For Dying matters week 2015 The University of Bradford has chosen to coordinate a Death café and run a Conference surrounding current issue around death. Both events are predominantly organised by students within the Faculty of Health at the University. The purpose of these events is to get people thinking and talking about issues around death.
The following are abstracts from a selection of our speakers for the #letstalkdeath conference.
14:00- Let’s Talk after death too
Jan R Oyebode, Professor of Dementia Care
When someone dies we feel we have lost them; and of course, we have lost the living two-way relationship with them. However, we all know the saying: ‘Those who die live on in the hearts of those who remember them’. In this talk, I shall discuss the way we talk to and about those who have died. These forms of talk are examples of one strand of the phenomenon called ‘continuing bonds’, which describes the emotional connection we may still feel with those who have died. Talk with, and about, the dead can provide us with comfort and guidance. In this presentation I shall give examples from studies in the UK and Pakistan that show how such talk gives the person who has died a continuing influence in our lives, and brings benefit to those who are bereaved.
14:30 Groundhog grief – Managing the Bereaved Individual Living with Dementia
Martin Neal, Lecturer and PhD student
For the individual living with dementia the condition has multiple, physical and psychological impacts. For many individuals this will include a gradual loss of a reality grounded in the present day- the here and now. Those individuals who move out of “our” reality and progress to enter a reality of the past – the then and there ; coupled with a declining or absent short term memory can find themselves in a position where they experience the bereavement for the first time in a repetitive and distressing way.
This session will aim to provide and discuss alternate strategies for managing the often challenging situation of what to say and do when some with dementia has forgotten their spouse or partner has died. The purpose being to help the person avoid the painful scenario of having to relive the news of their bereavement for the first time over and over, thereby enabling them to avoid a Groundhog Day situation from which they cannot move on or escape.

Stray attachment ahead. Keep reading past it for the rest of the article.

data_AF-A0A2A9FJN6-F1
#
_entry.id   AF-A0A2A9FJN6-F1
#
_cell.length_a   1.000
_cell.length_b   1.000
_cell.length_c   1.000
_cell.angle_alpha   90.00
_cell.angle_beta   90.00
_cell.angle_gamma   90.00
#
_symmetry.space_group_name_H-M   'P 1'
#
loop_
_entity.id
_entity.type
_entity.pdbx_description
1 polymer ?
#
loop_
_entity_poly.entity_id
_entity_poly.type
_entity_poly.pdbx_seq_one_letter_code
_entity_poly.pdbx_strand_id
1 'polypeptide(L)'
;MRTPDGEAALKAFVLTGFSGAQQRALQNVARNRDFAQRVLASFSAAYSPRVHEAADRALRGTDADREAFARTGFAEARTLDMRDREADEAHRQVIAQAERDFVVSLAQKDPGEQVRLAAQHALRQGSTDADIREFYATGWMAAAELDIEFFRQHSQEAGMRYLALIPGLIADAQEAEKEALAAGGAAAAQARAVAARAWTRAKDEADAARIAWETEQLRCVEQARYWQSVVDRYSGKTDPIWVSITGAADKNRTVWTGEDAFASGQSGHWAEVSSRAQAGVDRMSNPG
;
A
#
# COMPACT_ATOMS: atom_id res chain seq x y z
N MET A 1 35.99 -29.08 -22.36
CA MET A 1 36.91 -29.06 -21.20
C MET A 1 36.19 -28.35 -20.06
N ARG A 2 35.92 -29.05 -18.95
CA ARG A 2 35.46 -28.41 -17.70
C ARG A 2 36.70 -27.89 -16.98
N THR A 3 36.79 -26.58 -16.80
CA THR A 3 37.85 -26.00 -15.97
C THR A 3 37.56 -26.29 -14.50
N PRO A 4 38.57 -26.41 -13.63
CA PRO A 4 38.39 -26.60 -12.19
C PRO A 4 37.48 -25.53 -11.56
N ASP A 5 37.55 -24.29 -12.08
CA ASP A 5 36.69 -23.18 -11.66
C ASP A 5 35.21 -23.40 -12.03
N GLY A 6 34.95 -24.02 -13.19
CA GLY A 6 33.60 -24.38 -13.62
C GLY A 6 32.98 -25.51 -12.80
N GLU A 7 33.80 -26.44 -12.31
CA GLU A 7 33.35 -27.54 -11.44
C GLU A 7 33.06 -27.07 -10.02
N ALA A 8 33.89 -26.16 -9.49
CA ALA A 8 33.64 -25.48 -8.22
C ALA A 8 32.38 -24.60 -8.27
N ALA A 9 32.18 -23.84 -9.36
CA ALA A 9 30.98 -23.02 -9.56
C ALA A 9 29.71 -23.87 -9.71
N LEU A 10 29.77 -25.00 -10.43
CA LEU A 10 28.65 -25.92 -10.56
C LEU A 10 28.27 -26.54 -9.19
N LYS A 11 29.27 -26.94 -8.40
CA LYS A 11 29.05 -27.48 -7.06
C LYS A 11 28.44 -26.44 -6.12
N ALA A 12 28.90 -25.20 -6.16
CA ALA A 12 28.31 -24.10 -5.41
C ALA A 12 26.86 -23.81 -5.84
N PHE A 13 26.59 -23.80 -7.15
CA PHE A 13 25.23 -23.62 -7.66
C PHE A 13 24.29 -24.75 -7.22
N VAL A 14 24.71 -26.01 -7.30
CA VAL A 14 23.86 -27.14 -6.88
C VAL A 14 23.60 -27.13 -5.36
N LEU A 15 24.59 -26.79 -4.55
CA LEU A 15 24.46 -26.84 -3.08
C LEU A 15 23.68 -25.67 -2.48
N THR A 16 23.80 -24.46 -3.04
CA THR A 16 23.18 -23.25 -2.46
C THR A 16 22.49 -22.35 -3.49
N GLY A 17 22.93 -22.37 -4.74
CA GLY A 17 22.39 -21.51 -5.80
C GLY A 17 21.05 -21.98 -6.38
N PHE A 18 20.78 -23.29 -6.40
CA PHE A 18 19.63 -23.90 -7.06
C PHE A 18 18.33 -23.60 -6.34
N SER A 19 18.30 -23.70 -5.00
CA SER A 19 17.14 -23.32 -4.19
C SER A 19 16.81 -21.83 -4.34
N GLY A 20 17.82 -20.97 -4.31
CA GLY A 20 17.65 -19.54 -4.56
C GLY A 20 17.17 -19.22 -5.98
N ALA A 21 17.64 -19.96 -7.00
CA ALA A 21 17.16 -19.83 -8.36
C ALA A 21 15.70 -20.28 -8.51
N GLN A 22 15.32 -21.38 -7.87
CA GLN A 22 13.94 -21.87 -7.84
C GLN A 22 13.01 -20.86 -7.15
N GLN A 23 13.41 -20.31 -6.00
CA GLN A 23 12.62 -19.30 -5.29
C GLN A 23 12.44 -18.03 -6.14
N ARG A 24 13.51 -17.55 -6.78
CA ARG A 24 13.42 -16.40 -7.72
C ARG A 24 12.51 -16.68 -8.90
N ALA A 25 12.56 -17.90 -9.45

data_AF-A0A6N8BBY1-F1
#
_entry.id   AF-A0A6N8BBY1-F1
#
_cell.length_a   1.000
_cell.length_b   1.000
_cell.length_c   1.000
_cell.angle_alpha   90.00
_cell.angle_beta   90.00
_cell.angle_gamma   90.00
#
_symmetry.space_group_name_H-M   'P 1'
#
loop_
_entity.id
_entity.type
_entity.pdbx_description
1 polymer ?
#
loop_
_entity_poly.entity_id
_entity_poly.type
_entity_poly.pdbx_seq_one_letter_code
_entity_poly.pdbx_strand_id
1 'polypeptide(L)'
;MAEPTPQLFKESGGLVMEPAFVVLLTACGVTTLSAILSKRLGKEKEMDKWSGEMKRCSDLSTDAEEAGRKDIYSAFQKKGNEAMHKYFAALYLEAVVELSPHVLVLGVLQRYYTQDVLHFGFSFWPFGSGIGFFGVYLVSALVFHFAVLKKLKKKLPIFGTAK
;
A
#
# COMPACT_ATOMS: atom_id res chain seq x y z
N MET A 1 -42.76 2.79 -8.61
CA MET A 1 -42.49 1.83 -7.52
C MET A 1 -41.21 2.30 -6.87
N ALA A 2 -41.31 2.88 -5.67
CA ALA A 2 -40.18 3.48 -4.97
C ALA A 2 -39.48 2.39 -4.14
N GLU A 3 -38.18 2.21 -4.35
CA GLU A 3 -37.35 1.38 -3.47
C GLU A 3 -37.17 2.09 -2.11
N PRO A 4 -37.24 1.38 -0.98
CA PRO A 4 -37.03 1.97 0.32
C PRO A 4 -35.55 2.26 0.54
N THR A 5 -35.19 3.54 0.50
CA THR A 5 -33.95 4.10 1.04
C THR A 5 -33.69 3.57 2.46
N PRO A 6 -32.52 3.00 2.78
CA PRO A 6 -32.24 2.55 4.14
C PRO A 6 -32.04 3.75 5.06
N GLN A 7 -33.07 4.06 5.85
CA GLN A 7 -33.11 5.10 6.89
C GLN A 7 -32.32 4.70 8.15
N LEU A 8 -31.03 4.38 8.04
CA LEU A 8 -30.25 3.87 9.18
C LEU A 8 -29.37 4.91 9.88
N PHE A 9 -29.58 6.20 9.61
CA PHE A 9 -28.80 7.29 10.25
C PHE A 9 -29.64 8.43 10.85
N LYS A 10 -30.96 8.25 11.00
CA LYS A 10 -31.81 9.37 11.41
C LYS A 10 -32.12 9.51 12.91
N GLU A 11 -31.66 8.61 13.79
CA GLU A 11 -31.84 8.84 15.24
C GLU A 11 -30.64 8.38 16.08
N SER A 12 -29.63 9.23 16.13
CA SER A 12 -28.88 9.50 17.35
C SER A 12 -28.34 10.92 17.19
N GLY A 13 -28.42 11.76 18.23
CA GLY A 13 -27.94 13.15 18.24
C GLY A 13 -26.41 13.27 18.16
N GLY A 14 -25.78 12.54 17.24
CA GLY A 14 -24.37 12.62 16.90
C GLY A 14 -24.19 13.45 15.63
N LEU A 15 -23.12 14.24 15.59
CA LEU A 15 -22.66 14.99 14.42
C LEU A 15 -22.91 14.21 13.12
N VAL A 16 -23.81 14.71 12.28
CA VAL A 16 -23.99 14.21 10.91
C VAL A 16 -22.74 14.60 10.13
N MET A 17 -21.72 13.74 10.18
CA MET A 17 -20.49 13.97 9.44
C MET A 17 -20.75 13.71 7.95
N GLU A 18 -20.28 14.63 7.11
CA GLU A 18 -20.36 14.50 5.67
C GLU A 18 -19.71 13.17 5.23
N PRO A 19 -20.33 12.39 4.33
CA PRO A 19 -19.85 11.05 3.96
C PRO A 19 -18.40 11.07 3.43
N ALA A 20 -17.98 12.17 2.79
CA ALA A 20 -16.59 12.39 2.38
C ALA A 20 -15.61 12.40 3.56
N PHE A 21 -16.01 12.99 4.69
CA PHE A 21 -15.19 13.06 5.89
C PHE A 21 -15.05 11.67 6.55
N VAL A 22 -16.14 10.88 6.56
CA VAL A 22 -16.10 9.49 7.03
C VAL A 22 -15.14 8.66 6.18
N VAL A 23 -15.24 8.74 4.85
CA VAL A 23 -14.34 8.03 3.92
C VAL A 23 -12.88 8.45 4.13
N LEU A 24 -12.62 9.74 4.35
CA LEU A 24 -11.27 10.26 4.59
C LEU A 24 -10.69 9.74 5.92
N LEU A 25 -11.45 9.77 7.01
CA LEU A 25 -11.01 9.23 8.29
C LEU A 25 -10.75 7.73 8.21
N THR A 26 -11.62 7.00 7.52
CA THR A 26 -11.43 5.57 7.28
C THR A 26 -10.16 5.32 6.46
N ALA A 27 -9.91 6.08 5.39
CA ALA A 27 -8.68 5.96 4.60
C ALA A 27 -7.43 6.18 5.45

15:00- Dawn Thompson- A personal experience
15:30 Continuing Bonds: Exploring the meaning and legacy of death through past and contemporary practice
Laura Middleton-Green, Lecturer and PhD student
I will present a summary of a research project that is due to start in early 2016, led by Dr Karina Croucher from the School of Archeology in the Faculty of Life Sciences along with Professor Christina Faull from LOROS Hospice, Leicester. The aim of the study is to demonstrate tangibly how archaeology can inform our current attitudes to death and dying, and be used to explore the value of collaboration between health care professionals and archaeologists. The diverse methods of dealing with death and the dead uncovered by archaeologists will bring a different perspective to our current attitudes and therefore contribute towards a necessary re-examination of today’s taboo status of death as an inevitable human experience. Through creating a compendium of insights into death through time, particularly the fundamental resonance of bereavement, loss and commemoration, the project will shape thinking on how contemporary practice and historical perspectives can be mutually informed. I will provide some background to the study, including some preliminary exploratory work that has been carried out with post-registration nursing students, with volunteers and staff in Rotherham Hospice, and with LOROS hospice in Leicester. I will open the topic for an interactive discussion and debate with conference delegates.
We are really looking forward to the week, and to some lively and thought-provoking conversations about this important but often invisible topic.
The #letstalkdeath Team